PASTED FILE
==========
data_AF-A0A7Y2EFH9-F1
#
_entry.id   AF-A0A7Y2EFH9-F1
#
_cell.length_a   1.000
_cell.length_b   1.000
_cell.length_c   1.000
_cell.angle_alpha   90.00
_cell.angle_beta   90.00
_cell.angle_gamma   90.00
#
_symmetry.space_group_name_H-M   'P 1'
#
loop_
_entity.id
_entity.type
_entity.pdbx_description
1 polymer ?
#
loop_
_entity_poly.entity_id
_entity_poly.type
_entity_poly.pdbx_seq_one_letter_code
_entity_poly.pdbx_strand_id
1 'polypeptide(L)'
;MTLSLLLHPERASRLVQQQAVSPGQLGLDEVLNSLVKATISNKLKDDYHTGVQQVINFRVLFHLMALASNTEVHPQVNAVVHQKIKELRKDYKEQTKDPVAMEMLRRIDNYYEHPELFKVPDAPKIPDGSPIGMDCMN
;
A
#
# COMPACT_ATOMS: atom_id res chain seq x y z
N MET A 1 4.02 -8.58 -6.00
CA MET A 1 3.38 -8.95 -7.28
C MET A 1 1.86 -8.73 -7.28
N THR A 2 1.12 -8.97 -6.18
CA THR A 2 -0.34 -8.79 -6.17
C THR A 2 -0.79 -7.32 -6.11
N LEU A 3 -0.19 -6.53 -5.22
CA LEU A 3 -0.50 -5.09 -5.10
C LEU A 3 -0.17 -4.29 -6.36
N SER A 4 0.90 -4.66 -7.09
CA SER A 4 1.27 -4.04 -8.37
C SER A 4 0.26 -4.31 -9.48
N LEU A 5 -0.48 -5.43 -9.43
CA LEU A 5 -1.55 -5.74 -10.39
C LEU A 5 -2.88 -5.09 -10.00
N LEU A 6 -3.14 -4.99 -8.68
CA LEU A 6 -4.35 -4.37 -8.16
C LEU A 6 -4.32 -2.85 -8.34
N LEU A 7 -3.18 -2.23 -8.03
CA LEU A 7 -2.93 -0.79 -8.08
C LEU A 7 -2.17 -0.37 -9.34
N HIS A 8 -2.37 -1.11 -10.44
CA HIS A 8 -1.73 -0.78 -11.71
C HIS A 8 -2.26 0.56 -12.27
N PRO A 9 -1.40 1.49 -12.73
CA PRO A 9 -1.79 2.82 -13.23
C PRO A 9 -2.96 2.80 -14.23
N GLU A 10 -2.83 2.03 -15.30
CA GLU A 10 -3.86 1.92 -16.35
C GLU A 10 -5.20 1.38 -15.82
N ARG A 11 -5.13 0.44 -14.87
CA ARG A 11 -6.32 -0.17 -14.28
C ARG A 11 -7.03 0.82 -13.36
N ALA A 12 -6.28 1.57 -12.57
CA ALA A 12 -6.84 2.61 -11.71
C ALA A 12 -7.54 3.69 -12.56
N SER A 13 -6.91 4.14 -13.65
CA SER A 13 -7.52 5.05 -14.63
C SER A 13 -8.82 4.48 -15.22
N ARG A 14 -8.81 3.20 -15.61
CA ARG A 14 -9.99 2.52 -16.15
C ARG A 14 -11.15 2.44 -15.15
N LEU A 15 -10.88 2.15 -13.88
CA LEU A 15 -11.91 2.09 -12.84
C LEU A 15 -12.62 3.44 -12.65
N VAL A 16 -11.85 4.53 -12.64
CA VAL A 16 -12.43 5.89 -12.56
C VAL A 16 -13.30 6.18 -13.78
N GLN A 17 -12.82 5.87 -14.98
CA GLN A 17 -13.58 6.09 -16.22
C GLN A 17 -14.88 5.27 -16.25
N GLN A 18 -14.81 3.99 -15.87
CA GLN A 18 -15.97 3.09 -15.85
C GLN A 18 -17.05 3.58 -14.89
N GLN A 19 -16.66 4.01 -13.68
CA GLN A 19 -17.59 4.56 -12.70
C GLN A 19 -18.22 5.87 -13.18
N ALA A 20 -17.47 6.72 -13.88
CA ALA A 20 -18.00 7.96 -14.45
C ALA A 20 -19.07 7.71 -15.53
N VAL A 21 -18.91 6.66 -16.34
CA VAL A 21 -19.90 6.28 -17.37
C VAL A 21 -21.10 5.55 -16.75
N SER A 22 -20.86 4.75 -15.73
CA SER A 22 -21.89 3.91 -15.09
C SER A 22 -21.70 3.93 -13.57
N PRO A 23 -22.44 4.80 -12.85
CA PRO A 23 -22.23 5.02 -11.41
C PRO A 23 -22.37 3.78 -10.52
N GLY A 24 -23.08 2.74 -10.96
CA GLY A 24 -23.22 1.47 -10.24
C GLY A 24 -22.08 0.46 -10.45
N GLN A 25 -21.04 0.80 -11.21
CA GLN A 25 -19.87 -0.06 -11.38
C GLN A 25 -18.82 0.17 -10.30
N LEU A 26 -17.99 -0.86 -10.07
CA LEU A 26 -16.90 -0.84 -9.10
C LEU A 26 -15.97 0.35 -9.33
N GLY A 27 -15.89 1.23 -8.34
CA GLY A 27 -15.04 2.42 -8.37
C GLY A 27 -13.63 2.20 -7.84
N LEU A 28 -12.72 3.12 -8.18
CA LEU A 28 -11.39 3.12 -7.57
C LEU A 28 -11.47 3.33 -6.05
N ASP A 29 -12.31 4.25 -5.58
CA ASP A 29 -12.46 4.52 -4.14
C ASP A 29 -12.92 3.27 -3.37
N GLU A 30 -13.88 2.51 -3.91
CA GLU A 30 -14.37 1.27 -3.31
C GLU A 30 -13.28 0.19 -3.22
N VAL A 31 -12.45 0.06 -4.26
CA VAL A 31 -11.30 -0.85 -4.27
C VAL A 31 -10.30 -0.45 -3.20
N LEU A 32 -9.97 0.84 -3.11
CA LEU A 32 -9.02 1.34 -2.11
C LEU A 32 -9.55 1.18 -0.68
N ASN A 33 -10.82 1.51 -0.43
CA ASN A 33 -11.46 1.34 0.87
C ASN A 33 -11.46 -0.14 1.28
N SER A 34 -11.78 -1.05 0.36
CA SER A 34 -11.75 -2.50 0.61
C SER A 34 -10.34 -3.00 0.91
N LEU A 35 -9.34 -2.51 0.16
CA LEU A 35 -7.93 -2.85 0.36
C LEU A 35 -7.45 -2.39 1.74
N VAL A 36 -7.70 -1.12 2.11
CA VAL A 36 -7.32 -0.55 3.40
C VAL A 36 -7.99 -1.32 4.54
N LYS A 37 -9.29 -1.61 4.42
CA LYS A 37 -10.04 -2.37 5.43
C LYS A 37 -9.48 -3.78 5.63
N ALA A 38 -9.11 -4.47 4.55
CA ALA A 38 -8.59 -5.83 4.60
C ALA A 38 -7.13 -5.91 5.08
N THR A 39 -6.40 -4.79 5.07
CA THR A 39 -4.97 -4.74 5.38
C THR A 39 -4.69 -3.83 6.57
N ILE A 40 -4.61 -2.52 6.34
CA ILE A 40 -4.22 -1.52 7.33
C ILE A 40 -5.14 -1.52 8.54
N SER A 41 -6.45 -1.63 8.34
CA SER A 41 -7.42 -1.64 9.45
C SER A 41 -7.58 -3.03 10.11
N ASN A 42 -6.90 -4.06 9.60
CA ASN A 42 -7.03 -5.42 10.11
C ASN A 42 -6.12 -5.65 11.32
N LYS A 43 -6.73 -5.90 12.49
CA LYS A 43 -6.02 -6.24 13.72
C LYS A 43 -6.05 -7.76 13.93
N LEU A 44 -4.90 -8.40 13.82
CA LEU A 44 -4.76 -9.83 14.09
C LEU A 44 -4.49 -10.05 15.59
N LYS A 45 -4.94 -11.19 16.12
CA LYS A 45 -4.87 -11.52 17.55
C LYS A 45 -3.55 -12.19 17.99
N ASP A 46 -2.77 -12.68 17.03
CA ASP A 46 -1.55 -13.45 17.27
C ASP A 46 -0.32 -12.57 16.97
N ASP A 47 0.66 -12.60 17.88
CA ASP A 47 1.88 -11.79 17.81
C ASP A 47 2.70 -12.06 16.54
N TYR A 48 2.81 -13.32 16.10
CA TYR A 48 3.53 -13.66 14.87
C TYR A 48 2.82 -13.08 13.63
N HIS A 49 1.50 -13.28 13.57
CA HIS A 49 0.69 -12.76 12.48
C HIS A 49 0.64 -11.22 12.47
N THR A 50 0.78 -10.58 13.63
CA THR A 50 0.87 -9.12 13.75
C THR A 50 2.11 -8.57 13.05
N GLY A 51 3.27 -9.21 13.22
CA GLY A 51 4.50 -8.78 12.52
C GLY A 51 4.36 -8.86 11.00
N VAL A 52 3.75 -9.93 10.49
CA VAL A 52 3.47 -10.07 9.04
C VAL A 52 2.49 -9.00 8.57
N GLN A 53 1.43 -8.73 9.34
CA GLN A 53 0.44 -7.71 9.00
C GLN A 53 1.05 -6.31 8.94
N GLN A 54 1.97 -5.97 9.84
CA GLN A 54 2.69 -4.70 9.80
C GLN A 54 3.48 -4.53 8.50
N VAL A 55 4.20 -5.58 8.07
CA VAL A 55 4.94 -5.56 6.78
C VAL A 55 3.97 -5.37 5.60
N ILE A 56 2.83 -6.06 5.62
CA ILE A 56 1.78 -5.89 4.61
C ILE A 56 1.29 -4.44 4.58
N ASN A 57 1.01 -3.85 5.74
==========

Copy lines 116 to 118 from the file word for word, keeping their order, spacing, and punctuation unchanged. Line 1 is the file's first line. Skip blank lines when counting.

CA ASP A 29 -12.46 4.52 -4.14
C ASP A 29 -12.92 3.27 -3.37
N GLU A 30 -13.88 2.51 -3.91